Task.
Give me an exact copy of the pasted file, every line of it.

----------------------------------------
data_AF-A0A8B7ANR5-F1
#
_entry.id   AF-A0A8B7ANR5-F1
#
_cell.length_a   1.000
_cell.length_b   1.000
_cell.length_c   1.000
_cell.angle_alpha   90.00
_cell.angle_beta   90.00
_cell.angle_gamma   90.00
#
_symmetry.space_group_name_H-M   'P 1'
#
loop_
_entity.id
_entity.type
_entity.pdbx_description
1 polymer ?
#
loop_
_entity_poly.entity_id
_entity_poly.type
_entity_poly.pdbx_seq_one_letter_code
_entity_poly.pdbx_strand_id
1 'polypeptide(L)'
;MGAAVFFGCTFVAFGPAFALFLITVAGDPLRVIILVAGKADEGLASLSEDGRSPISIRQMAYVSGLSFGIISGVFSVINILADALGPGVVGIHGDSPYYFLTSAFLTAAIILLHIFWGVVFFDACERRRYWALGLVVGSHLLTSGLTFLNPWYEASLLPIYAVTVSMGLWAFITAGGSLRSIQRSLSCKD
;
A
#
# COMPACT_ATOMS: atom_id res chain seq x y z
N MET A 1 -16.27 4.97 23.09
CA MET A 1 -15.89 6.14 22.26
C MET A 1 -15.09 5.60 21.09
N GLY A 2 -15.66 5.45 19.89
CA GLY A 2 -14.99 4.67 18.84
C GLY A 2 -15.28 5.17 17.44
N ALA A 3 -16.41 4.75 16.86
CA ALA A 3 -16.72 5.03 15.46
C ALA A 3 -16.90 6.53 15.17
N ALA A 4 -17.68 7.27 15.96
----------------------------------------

data_AF-A0A8B7ANR5-F1
#
_entry.id   AF-A0A8B7ANR5-F1
#
_cell.length_a   1.000
_cell.length_b   1.000
_cell.length_c   1.000
_cell.angle_alpha   90.00
_cell.angle_beta   90.00
_cell.angle_gamma   90.00
#
_symmetry.space_group_name_H-M   'P 1'
#
loop_
_entity.id
_entity.type
_entity.pdbx_description
1 polymer ?
#
loop_
_entity_poly.entity_id
_entity_poly.type
_entity_poly.pdbx_seq_one_letter_code
_entity_poly.pdbx_strand_id
1 'polypeptide(L)'
;MGAAVFFGCTFVAFGPAFALFLITVAGDPLRVIILVAGKADEGLASLSEDGRSPISIRQMAYVSGLSFGIISGVFSVINILADALGPGVVGIHGDSPYYFLTSAFLTAAIILLHIFWGVVFFDACERRRYWALGLVVGSHLLTSGLTFLNPWYEASLLPIYAVTVSMGLWAFITAGGSLRSIQRSLSCKD
;
A
#
# COMPACT_ATOMS: atom_id res chain seq x y z
N MET A 1 -16.27 4.97 23.09
CA MET A 1 -15.89 6.14 22.26
C MET A 1 -15.09 5.60 21.09
N GLY A 2 -15.66 5.45 19.89
CA GLY A 2 -14.99 4.67 18.84
C GLY A 2 -15.28 5.17 17.44
N ALA A 3 -16.41 4.75 16.86
CA ALA A 3 -16.72 5.03 15.46
C ALA A 3 -16.90 6.53 15.17
N ALA A 4 -17.68 7.27 15.96